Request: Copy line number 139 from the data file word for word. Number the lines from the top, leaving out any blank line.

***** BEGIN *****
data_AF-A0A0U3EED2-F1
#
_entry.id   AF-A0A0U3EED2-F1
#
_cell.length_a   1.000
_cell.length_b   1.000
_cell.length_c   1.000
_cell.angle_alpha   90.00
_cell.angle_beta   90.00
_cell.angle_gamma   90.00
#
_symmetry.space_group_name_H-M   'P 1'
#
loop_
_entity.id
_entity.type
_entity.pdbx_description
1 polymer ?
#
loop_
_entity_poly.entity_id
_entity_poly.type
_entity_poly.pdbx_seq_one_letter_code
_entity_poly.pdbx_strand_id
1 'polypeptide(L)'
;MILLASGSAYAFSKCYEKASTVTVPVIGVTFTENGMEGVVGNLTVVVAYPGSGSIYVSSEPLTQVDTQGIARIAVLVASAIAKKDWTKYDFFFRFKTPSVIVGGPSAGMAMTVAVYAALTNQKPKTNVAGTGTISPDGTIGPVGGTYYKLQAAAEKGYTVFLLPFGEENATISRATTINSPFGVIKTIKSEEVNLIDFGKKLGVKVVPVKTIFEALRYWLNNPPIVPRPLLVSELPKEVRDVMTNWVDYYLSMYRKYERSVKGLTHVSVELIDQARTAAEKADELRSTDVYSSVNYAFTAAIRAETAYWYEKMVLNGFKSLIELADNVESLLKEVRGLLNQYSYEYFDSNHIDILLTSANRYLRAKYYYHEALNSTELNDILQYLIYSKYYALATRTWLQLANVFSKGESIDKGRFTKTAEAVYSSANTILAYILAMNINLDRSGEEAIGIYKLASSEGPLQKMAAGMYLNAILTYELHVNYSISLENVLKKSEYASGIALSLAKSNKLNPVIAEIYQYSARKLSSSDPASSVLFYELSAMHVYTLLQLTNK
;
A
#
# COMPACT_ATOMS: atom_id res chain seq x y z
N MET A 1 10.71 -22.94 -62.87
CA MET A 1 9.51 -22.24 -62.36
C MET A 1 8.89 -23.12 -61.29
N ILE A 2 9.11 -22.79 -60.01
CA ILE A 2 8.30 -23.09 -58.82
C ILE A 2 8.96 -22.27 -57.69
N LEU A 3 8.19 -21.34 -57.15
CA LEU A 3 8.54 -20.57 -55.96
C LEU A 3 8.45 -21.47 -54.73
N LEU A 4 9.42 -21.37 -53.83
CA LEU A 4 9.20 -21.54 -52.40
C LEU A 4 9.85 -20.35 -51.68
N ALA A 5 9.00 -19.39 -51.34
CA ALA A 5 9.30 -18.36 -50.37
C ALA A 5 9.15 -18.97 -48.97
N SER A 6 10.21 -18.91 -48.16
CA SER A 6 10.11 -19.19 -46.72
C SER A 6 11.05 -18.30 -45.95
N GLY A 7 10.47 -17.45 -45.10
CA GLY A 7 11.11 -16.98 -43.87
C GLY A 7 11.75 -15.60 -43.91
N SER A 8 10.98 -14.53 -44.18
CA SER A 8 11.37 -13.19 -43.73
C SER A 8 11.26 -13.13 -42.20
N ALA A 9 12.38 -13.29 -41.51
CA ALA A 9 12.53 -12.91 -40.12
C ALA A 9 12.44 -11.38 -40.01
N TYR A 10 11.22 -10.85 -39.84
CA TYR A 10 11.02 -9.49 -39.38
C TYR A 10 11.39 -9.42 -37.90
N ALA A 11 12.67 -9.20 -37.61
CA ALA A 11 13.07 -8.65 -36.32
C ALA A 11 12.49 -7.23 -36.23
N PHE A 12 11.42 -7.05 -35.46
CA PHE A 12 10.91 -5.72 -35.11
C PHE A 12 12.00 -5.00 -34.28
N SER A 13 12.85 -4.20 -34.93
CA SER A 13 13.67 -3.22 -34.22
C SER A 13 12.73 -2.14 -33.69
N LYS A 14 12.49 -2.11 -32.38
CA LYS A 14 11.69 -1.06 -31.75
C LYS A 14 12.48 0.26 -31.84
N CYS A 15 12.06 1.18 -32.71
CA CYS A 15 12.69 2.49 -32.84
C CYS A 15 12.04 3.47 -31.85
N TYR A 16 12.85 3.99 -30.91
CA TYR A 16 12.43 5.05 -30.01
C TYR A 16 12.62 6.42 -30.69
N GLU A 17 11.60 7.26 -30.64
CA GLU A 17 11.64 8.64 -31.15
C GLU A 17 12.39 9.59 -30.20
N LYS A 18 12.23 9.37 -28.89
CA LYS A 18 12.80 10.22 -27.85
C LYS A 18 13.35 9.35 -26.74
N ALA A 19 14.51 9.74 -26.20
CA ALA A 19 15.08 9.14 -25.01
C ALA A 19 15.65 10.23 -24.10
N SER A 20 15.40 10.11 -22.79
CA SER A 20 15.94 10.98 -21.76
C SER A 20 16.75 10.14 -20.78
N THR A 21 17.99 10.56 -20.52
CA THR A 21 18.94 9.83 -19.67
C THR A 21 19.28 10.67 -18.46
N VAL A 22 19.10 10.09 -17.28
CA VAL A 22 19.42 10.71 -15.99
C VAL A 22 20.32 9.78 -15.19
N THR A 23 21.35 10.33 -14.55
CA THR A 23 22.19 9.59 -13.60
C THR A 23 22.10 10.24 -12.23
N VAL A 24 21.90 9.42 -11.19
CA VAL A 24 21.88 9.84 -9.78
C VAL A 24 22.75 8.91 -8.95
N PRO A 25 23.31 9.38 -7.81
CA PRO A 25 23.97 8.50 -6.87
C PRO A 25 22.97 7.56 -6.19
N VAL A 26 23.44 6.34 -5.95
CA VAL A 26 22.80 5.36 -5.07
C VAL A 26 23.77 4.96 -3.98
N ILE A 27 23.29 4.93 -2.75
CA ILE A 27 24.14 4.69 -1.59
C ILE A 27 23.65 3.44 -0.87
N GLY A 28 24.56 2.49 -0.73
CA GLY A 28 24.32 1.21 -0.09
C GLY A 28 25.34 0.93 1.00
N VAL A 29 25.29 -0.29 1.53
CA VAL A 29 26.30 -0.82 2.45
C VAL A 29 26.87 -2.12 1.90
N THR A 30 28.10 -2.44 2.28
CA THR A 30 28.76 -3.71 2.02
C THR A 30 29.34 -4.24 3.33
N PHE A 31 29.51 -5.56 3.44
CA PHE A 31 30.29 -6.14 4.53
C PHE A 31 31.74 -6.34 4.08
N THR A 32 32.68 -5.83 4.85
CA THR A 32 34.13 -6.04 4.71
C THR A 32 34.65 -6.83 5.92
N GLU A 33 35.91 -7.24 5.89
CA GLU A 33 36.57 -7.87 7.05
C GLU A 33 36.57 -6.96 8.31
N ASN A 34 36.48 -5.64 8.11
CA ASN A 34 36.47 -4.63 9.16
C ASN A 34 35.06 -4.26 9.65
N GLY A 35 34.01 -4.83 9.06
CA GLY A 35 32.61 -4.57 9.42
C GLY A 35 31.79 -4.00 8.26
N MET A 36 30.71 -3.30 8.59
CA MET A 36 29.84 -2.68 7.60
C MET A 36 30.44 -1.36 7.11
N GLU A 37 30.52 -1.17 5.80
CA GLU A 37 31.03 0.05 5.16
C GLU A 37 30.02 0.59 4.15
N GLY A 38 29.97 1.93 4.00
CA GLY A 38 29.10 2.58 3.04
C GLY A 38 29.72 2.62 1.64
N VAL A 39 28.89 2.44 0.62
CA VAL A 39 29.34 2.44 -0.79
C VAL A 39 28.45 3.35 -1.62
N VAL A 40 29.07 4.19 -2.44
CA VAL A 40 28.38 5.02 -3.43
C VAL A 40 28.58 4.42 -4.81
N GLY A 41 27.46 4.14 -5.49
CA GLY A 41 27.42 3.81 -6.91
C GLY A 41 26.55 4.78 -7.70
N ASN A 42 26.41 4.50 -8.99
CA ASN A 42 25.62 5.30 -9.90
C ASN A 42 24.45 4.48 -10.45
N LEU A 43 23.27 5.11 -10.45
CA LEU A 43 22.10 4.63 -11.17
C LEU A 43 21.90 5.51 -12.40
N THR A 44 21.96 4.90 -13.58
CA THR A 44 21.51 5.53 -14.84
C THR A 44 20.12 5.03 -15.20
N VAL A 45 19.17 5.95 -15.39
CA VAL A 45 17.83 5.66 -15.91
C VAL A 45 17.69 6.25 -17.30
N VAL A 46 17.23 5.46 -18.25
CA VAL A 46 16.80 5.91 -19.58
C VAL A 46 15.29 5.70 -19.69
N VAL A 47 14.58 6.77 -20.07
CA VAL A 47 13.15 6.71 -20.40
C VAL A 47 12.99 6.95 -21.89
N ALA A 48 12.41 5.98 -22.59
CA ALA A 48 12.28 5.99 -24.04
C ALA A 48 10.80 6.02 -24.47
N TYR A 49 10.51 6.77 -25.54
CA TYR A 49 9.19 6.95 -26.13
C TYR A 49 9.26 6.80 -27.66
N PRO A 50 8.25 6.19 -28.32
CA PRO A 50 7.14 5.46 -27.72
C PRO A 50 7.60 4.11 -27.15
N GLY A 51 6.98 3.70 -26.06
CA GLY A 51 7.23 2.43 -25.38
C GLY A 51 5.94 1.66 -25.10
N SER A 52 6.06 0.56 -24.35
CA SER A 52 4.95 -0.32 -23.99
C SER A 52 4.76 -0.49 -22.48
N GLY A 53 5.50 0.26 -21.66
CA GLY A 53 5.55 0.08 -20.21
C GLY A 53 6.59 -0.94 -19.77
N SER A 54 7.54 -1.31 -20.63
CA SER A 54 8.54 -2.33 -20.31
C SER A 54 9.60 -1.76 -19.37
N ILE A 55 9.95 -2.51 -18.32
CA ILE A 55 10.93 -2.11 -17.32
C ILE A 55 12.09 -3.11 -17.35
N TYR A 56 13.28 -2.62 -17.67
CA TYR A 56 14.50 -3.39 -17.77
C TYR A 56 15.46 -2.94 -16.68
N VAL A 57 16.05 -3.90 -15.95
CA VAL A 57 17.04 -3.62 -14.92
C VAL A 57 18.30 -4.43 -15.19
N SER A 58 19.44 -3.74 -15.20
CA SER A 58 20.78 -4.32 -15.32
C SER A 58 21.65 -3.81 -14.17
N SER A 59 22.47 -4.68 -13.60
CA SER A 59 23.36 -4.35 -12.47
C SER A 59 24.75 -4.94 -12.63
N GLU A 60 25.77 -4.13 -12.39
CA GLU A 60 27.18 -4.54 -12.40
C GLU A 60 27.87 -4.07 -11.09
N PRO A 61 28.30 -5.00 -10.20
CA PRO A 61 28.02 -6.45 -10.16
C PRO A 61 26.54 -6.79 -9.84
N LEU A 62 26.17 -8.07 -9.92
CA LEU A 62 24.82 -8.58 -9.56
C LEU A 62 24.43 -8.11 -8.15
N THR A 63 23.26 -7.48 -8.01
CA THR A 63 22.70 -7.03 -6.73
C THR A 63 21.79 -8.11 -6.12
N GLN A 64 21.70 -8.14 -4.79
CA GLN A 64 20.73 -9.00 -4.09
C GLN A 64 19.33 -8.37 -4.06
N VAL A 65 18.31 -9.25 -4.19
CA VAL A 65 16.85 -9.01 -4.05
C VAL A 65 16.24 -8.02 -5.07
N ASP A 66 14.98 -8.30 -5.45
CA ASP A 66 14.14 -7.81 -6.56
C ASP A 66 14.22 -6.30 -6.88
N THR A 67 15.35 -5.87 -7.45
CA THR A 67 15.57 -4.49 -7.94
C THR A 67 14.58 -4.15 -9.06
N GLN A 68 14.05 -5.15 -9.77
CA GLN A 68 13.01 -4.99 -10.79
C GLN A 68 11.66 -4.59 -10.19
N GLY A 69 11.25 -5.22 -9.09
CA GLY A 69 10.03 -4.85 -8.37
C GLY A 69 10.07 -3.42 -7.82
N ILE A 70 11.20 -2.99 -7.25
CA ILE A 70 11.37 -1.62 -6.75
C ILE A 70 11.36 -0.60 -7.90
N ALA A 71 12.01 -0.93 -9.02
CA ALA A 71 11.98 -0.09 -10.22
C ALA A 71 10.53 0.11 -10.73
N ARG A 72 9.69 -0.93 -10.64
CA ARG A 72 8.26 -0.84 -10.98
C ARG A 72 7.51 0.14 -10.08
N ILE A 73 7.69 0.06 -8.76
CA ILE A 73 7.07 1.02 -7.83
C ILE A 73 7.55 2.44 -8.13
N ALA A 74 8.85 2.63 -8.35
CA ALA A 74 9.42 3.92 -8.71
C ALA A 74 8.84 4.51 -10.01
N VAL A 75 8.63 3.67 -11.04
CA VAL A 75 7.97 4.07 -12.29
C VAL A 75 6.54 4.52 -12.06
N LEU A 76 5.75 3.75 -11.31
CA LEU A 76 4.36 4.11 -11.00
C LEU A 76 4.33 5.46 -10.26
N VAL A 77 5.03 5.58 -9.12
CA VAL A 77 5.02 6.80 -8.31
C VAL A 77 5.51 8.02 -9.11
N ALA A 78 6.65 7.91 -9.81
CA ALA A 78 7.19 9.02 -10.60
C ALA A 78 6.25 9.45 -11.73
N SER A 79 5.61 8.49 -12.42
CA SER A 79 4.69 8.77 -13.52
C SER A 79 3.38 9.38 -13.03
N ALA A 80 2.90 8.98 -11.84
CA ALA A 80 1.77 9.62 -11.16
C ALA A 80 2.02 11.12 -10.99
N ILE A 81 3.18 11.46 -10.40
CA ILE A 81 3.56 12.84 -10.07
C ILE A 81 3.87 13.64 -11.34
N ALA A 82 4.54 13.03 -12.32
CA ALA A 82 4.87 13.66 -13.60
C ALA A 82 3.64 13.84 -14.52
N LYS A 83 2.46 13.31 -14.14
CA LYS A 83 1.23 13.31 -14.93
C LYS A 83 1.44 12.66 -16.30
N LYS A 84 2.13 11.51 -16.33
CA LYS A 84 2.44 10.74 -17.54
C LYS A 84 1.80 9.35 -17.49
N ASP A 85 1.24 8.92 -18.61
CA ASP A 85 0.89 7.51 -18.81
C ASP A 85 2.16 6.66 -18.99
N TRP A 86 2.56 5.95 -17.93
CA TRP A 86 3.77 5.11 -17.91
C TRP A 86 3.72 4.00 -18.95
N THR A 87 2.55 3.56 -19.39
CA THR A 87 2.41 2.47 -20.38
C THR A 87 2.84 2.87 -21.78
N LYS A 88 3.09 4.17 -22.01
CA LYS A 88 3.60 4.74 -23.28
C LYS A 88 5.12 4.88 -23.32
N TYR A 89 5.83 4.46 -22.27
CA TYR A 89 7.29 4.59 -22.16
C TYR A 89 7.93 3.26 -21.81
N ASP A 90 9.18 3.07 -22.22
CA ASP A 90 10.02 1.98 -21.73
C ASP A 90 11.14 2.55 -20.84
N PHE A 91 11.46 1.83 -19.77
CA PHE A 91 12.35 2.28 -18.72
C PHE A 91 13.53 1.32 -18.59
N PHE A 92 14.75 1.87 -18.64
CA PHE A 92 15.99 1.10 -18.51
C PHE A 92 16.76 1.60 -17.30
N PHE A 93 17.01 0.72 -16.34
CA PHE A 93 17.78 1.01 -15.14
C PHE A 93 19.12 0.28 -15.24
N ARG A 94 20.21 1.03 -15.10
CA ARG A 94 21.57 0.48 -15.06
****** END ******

N GLU A 37 30.52 -1.17 5.80